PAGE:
Nokia's missed smart device opportunity

Caroline Gabriel/Wireless Watch
Rethink
It‘s hard not to think that Nokia has thrown away an opportunity for which it was well positioned – to deliver the next big wave of the mobile platform, the web-based operating system/UI for truly ubiquitous smart devices.
 
This is the next great mobile software battleground, the platform that will enable even the most basic handset or tablet to sport a full range of functionality and applications, via the browser and web standards like HTML5. Firefox Mobile, Google Chrome OS and many others are pursuing this massive potential user and developer base. Nokia could have led that charge and gone a long way to compensating for its missteps in the current wave of smartphones.
 
It had Trolltech, creator of the Qt cross-platform devekopment platform – one of Nokia‘s most significant ever acquisitions, but its potential subsequently thrown away amid the shift to Windows Phone. It also had Maemo, which got merged into MeeGo and then sidelined into an open source project and the Tizen initiative (which is spearheaded by Samsung, not Nokia). This was an early example of the new breed of cloud-oriented, slimline Linux OSs. And it also had Meltemi, a project to develop an even slimmer, simpler Linux browser/OS for featurephones, a web-based successor for the Series 40 base.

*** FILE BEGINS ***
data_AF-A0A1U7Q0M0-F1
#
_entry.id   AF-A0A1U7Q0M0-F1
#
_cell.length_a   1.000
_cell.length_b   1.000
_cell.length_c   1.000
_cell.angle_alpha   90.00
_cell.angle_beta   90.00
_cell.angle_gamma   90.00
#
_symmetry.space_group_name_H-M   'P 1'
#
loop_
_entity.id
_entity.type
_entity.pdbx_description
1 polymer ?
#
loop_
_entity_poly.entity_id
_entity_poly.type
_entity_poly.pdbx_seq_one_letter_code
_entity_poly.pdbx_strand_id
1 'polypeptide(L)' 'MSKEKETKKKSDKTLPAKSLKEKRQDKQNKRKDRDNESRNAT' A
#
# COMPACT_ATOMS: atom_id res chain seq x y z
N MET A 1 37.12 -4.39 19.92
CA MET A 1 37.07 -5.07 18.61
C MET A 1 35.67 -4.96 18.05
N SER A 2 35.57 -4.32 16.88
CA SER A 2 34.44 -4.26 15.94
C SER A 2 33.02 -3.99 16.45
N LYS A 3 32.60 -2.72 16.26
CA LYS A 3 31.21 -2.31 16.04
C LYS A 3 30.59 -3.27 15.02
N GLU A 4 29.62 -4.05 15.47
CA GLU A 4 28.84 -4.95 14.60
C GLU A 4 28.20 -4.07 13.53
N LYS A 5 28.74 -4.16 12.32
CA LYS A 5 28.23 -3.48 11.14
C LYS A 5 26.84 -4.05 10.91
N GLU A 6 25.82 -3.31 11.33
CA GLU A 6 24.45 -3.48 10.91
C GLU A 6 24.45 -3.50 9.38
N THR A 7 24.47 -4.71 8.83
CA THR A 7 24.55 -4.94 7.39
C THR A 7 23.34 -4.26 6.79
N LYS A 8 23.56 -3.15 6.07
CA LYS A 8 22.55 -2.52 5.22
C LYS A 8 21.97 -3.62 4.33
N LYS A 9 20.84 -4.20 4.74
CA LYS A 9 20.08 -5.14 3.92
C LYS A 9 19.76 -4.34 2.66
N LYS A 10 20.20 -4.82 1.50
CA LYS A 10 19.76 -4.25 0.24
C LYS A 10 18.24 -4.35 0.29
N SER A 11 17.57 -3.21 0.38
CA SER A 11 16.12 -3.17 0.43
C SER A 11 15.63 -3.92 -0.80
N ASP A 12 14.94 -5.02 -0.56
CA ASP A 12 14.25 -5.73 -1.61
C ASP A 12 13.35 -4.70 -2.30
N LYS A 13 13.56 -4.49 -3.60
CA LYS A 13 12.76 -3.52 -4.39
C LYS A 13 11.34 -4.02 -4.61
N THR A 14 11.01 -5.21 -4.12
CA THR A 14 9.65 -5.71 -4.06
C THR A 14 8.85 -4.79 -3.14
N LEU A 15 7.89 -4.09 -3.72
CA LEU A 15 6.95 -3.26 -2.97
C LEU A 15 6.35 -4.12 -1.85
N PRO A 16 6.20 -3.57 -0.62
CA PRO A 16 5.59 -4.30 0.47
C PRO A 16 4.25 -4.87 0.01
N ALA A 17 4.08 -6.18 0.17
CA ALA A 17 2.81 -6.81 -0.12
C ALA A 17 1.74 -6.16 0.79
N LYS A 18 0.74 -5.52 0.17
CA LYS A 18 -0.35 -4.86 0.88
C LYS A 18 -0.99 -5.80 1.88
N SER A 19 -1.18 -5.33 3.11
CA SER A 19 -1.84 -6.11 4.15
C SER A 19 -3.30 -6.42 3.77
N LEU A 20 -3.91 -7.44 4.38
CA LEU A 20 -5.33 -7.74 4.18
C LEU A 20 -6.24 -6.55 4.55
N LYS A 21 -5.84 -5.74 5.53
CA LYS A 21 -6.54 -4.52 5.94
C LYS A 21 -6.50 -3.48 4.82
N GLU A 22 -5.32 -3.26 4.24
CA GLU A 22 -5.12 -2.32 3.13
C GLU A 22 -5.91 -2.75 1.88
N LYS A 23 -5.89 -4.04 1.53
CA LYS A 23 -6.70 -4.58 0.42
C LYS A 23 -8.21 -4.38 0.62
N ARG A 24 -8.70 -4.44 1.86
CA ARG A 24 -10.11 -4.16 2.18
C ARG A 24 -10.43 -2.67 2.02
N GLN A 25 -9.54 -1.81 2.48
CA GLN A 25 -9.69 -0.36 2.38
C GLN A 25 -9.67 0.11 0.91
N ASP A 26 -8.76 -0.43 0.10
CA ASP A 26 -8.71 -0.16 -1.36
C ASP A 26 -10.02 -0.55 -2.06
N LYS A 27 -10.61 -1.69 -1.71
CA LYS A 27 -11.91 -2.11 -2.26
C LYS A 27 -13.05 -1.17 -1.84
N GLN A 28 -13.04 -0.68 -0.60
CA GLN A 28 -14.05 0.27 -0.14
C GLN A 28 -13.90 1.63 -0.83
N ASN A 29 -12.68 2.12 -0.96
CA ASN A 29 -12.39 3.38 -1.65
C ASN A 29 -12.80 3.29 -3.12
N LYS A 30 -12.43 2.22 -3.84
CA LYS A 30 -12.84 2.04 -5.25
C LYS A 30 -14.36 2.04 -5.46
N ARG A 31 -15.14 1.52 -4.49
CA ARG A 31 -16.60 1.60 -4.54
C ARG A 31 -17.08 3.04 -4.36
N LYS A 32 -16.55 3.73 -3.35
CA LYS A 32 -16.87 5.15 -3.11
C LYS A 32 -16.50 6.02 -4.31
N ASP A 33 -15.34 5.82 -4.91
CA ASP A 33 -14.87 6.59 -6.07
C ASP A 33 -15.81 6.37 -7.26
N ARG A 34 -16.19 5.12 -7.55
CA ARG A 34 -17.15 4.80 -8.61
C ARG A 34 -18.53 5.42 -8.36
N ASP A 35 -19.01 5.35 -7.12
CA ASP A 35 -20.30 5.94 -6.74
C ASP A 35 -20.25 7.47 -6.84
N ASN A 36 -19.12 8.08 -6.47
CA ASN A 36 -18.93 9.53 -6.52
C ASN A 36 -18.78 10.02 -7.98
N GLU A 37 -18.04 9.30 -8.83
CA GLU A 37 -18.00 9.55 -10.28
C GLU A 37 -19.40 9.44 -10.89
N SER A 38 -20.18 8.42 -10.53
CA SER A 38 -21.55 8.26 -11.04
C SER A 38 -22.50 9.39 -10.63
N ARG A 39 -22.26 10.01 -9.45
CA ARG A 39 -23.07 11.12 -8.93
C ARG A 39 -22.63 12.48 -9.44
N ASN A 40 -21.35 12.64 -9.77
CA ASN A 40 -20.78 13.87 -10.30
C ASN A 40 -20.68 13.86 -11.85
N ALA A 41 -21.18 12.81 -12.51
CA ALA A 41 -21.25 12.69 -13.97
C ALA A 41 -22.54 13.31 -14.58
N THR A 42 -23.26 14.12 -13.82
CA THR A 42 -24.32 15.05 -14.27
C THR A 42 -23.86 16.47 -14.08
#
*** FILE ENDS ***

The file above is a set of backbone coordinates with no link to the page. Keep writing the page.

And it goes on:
These technologies could have combined with Nokia's natural strengths in emerging economies, and its close attention to creating local language apps and content suited to those markets – something largely ignored by the traditional smartphone majors like Apple. All that could have ensured that the mass market mobile web experience of the coming years would belong to Nokia, and be defined by it, carving out a new sphere which was not dependent on the successes or failures of its Windows strategy at the high end.
 
Nokia heirs
 
Instead, it has cast aside those jewels and passed the baton to Firefox, Google and others. But there are many other projects in the works, hoping to steal some of the thunder, including some which have emerged from Nokia itself. Last week, we heard about Jolla, a Finnish start-up founded by former Nokia engineers, which is continuing to evolve MeeGo as a mobile OS, separate from the Tizen initiative (which combines MeeGo and another Linux platform, LiMO, and is hosted by Linux International). Jolla has already signed its first sales and distribution con-tract for handsets running its OS, with Chinese retail chain D.Phone Group.
 

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